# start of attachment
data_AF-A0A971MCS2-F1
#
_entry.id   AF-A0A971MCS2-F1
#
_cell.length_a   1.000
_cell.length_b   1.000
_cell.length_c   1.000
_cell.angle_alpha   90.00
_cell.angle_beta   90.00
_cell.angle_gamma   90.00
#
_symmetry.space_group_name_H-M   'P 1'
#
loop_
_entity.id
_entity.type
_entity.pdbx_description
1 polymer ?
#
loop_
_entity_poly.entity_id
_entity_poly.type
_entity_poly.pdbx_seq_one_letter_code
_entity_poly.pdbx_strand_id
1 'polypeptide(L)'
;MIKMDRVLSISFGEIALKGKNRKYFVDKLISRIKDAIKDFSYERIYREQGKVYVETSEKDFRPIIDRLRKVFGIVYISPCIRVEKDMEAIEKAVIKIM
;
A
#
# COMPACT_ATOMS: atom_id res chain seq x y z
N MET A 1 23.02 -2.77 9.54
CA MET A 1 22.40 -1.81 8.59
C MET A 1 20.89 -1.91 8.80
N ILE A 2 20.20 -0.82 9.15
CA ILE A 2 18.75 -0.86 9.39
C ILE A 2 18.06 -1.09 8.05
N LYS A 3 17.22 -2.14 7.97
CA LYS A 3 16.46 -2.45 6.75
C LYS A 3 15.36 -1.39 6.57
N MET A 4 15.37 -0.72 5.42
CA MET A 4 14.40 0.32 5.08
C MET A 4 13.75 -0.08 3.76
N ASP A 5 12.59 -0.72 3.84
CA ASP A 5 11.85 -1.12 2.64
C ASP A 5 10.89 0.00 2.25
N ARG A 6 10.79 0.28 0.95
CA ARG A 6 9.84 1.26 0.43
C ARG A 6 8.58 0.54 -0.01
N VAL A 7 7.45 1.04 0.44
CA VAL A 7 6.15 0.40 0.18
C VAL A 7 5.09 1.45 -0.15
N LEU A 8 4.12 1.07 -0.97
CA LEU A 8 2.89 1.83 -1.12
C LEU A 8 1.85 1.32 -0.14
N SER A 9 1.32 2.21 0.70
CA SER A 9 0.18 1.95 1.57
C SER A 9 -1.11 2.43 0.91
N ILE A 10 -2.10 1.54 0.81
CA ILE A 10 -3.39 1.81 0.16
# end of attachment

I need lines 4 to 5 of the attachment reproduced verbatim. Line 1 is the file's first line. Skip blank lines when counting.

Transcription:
#
_cell.length_a   1.000